I’m working on a story that’s almost due. It’s going well. I’m almost finished. But then everything falls apart. I get an angry e-mail from a researcher who’s upset about another article. My stomach knots up. My heart pounds. I reply with a defensive e-mail and afterward can’t stop mentally rehashing my response. Taking deep breaths and a short walk don’t help. I can’t focus on finishing my story, and as the deadline approaches, that makes me more uptight and it gets even harder to write.
But then I apply electrodes to my head and neck, power up a small electronic device, and shock myself. Within a few minutes I calm down. I can focus on my story. I meet the deadline.
The device, which you’ll be able to buy later this year for a price that has yet to be disclosed, was developed by a team of neuroscientists and engineers at the startup Thync. It’s a small, curved piece of plastic that snaps onto electrodes and produces pulses of electricity. A wireless signal from a smartphone app controls the frequency and intensity of the pulses, gradually changing them in five- to 20-minute long programs that Thync calls vibes. The amount of electricity it produces is small—once it’s set up properly, I can barely feel it. Yet Thync says it has a marked impact on key parts of a person’s brain. An energy vibe, the company contends, can make you feel as if you’ve just had a Red Bull or similar energy drink. The calm vibe—the one I just ran—is for “whenever you’re frustrated, anxious, or stressed.”
There’s no question that I feel a significant change from the calm vibe, but could that be a placebo effect? I wonder if it works on everyone, and if it works the way Thync says it does.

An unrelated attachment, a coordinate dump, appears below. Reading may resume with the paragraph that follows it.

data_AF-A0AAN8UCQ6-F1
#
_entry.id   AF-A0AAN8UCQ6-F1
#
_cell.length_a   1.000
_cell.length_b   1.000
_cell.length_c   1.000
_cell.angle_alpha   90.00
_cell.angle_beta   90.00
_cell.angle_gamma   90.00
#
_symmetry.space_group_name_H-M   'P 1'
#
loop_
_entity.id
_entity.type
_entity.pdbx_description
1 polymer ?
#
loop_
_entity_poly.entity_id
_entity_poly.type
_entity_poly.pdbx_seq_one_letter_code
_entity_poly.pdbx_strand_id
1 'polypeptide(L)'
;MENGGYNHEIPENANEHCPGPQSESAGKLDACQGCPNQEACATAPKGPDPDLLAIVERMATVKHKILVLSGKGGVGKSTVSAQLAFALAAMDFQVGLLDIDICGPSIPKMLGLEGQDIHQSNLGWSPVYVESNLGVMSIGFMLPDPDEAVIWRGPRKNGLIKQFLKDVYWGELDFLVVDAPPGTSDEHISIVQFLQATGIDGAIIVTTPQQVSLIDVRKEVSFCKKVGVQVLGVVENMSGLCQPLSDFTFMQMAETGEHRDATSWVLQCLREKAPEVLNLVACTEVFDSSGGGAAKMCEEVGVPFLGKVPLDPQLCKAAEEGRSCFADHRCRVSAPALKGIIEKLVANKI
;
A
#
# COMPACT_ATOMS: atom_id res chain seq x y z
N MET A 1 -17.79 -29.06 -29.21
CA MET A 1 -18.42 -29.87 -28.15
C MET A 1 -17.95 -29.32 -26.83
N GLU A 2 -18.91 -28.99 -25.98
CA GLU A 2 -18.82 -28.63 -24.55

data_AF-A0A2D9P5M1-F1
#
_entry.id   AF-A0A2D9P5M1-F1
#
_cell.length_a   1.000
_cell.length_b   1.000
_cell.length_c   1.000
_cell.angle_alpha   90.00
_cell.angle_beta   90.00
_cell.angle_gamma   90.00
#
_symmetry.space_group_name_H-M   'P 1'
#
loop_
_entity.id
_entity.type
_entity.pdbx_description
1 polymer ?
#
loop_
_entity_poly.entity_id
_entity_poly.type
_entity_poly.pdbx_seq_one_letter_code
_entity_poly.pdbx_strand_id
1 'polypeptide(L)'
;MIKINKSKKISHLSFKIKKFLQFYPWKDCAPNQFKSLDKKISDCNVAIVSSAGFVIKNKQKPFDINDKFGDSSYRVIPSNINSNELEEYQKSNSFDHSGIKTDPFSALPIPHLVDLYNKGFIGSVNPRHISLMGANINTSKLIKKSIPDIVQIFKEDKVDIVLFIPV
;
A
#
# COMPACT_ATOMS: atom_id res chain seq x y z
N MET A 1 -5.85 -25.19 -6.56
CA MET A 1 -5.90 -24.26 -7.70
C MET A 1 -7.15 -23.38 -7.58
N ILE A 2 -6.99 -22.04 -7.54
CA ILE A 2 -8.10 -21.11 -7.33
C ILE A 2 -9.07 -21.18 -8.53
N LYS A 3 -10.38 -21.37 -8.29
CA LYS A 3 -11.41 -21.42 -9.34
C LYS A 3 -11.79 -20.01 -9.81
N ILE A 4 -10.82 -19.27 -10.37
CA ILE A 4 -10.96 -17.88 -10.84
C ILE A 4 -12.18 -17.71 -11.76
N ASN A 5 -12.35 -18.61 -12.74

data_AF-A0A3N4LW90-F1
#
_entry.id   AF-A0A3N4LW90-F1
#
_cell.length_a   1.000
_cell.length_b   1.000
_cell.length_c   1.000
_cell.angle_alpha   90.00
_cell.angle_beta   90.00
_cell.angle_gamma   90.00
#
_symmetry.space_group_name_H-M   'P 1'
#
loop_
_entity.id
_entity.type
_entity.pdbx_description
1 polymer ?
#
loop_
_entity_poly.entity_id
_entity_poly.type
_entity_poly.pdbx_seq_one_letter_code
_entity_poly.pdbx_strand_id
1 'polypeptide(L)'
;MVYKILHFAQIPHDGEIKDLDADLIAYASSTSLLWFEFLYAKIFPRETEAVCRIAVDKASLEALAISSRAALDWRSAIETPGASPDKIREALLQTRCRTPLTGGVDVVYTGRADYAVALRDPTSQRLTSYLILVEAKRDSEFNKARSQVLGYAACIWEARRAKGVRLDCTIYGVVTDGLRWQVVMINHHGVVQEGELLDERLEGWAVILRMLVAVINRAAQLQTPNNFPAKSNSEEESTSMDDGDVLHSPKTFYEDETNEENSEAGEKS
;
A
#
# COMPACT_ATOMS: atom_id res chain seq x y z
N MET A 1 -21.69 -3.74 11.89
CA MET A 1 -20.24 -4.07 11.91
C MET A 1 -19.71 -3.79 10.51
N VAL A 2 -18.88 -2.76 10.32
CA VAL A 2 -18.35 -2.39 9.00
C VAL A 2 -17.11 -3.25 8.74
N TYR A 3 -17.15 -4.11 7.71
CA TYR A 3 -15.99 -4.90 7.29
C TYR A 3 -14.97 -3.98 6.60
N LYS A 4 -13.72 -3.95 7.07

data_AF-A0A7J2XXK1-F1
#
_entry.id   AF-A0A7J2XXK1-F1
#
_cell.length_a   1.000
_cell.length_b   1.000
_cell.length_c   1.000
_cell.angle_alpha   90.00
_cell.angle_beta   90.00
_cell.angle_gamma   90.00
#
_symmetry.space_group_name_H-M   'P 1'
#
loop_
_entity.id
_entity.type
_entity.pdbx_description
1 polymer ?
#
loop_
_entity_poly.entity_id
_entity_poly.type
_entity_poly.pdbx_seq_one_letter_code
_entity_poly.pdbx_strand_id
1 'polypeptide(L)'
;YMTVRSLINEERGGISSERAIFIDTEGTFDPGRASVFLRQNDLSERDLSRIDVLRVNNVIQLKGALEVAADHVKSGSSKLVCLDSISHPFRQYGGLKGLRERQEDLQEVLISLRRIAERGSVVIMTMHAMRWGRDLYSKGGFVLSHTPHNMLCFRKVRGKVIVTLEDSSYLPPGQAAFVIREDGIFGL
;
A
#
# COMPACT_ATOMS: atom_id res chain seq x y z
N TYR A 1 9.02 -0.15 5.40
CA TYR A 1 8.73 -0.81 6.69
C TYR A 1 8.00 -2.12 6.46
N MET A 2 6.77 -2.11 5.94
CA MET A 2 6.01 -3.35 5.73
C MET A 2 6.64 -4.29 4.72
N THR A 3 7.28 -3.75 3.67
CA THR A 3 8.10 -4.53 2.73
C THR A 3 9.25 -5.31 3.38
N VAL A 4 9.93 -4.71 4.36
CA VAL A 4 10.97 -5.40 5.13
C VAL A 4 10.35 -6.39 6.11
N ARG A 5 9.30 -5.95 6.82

To find out, I ask three researchers with expertise in neuroscience to review the results of a study Thync posted last month in the open-access online journal BioRxiv, where papers are not peer-reviewed before publication. The paper details experiments that measured the effects of Thync’s calm vibe. I also test that vibe on eight people in the office, and I use the device myself multiple times a day for several days to compare the effects in different settings.
What I find is that the company’s claims are plausible, but the device doesn’t work for everybody, and it’s far too soon to make the call on whether Thync’s hypothesis about how it works is true.
The idea of using electricity to affect the brain is hardly new. Researchers of varying character have been shocking people’s heads for hundreds of years. One scientist jokes that the high point of the hype cycle for electrical treatments was 1818, when Frankenstein was published. While technologies like electroshock therapy have inflicted severe damage on patients, doctors are favoring newer electricity-based therapies. These include a safer version of electroshock therapy called electroconvulsive therapy, deep brain stimulation, and transcranial magnetic stimulation (which induces electric current in parts of the brain using an external magnetic coil). They’re used to treat a variety of disorders, including Parkinson’s and depression.
But these technologies are expensive and need to be administered by trained personnel. Thync’s technology is tantalizing in part because it promises to have significant effects using very low electrical currents safe enough for untrained people to use at home. The device Thync will sell later this year won’t be marketed as a medical device, but the company hopes it can eventually be used to help people with anxiety disorders and other medical problems.